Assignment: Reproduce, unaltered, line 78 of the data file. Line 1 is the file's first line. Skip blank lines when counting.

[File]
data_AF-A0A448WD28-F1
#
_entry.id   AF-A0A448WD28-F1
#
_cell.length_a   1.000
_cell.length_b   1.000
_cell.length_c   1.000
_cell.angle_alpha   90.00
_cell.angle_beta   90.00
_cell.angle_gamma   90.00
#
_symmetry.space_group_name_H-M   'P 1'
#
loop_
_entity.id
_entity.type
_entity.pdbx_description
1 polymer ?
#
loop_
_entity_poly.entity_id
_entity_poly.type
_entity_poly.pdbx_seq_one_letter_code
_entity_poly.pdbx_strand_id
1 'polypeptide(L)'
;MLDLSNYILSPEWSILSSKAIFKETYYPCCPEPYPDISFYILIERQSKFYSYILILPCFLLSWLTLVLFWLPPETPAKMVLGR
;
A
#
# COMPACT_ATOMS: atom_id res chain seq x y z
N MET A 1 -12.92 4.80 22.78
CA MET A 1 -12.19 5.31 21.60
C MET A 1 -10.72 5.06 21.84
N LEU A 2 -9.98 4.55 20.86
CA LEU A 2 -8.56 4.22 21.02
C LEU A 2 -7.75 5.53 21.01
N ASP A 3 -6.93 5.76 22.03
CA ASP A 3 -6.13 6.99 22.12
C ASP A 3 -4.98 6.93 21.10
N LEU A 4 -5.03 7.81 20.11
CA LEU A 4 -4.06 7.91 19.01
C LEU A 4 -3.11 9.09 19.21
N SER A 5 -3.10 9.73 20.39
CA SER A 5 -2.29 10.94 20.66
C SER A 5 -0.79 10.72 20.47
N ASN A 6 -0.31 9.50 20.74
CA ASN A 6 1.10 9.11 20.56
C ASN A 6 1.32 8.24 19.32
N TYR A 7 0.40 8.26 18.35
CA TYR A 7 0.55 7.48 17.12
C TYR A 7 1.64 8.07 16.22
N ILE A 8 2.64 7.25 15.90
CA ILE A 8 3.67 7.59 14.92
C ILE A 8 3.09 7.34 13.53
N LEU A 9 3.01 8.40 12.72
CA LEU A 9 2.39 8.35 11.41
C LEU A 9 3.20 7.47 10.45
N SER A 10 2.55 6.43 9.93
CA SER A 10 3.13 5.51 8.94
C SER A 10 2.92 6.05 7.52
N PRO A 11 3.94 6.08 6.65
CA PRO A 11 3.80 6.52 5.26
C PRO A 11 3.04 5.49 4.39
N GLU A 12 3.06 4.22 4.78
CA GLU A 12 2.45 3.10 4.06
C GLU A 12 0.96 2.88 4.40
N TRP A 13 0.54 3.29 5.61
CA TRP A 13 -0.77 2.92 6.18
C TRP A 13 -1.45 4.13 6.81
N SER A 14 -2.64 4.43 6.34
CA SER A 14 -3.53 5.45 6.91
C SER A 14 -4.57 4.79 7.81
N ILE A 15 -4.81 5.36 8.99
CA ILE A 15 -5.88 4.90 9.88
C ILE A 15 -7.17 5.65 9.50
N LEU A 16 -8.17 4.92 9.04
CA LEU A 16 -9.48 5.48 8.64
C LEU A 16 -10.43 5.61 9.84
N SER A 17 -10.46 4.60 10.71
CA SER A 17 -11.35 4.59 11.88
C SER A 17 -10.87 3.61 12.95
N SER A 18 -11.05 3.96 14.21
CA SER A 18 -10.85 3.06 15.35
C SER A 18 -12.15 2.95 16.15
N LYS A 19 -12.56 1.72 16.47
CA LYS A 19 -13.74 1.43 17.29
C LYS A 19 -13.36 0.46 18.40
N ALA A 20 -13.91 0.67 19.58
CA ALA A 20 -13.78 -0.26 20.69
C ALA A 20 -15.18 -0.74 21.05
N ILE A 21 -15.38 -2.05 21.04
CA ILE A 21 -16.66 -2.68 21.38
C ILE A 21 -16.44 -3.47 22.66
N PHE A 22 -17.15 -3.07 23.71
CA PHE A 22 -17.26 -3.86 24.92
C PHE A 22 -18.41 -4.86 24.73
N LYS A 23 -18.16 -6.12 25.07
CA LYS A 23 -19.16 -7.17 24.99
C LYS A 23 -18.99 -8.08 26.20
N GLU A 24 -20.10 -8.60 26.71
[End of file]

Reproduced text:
C LEU A 16 -10.43 5.61 9.84